The macroeconomics of the public sector deficit : the case of Morocco
This paper tries to uncover the reasons underlying the performance of the Moroccan economy. The author argues that wage moderation and judicious monetary policies were instrumental in restraining inflation. With one brief exception in 1983, monetary authorities remained firmly committed to eschew any inflationary financing of the budget deficit. This strategy could only succeed however because of the wide ranging system of credit and monetary regulations which worked to channel domestic funds toward the Treasury at relatively low costs. The prospects for the continuation of such a strategy are not favourable however. As far as the growth performance is concerned, it appears that it can be attributed to an outstanding export response to the new trade regime on the one hand and a set of favourable supply shocks, including a string of recordagricultural harvests and the collapse of real oil prices, on the other. The paper studies the evolution of the budget and its different components and argues that the reluctance by Morocco's policy makers to monetize existing budget deficits is well explained by the sharply unfavourable trade-offs between higher monetization and inflation existing in Morocco. It analyzes the implications that continuing budgetary disequilibria has on investment and saving decisions and finds that such implications may be substantial, even though they may not work their way exclusively through traditional interest rates channels.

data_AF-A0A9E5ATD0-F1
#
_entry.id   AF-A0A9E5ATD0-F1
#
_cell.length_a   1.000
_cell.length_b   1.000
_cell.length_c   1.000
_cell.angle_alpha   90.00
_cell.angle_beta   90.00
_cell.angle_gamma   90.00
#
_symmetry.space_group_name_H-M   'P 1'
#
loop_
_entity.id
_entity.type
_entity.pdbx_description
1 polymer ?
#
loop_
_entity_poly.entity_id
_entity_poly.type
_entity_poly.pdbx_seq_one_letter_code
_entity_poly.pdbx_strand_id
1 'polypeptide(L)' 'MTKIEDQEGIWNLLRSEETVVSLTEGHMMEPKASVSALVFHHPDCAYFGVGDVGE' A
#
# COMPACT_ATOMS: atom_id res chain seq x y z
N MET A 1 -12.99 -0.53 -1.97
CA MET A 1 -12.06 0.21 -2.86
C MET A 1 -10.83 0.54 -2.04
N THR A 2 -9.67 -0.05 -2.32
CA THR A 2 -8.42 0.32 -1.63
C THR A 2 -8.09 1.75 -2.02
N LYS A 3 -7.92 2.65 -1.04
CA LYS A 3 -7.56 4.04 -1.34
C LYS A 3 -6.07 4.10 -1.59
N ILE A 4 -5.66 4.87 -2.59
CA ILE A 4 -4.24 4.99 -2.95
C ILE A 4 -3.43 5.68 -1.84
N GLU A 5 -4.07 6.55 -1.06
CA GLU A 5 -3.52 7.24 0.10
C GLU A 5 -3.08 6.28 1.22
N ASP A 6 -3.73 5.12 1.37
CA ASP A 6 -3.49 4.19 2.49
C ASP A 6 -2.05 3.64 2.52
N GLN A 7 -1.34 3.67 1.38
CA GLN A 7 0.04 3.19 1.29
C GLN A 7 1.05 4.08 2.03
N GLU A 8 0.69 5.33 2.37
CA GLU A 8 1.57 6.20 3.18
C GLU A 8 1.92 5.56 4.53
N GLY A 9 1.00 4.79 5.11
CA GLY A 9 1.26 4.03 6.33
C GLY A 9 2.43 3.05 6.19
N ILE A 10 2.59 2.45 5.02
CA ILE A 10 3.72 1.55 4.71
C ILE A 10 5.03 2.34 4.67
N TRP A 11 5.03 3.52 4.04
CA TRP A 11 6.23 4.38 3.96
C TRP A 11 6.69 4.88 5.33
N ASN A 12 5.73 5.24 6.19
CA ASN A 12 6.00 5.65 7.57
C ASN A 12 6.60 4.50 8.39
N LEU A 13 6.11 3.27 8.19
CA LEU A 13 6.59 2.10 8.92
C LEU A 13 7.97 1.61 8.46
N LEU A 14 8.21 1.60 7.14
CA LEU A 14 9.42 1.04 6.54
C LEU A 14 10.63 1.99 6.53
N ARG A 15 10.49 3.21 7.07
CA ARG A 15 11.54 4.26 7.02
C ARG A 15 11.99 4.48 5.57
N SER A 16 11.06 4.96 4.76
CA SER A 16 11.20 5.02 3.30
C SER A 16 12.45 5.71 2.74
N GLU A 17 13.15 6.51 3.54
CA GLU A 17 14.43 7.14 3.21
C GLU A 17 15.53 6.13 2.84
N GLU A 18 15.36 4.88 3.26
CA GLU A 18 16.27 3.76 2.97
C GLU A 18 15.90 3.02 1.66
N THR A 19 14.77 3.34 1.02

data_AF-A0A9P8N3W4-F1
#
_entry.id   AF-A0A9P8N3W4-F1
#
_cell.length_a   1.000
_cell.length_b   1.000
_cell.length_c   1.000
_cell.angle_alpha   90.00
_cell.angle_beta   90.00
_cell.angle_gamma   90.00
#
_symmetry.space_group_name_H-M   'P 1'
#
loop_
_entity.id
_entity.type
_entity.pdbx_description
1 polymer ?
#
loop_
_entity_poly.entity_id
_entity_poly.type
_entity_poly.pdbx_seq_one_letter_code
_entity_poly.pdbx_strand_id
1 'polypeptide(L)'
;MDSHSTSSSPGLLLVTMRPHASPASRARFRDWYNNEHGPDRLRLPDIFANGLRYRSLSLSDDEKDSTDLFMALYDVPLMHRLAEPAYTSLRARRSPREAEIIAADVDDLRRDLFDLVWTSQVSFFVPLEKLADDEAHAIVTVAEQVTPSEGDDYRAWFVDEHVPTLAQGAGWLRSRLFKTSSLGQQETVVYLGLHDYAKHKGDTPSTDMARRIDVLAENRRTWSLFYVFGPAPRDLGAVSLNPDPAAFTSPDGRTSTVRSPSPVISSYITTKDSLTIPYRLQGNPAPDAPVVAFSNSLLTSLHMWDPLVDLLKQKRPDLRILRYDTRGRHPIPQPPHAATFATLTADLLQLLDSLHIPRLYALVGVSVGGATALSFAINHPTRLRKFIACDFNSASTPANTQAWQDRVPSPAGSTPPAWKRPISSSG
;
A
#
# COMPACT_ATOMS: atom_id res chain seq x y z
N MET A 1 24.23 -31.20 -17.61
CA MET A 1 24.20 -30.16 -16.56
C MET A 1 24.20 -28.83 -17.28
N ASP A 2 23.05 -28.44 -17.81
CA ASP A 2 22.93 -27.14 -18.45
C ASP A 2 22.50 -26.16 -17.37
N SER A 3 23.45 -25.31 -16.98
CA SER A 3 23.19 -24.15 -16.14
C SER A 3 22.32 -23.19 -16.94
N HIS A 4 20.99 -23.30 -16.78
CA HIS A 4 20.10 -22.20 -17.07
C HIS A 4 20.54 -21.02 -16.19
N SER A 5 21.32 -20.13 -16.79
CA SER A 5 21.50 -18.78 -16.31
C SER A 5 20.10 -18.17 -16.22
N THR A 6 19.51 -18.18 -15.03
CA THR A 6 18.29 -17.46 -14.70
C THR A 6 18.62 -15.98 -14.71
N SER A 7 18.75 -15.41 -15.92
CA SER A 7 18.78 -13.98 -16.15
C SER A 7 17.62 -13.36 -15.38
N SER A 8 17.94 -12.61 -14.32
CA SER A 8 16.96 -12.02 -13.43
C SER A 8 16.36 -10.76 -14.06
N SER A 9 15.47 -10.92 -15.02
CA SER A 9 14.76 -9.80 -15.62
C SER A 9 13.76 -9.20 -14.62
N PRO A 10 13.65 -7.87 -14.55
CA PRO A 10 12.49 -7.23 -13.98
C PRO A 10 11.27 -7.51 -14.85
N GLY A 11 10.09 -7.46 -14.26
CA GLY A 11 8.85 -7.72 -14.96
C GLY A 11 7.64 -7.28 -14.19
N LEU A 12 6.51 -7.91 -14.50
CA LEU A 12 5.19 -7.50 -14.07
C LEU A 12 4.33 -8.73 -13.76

|Date of creation:||31 Mar 1991|
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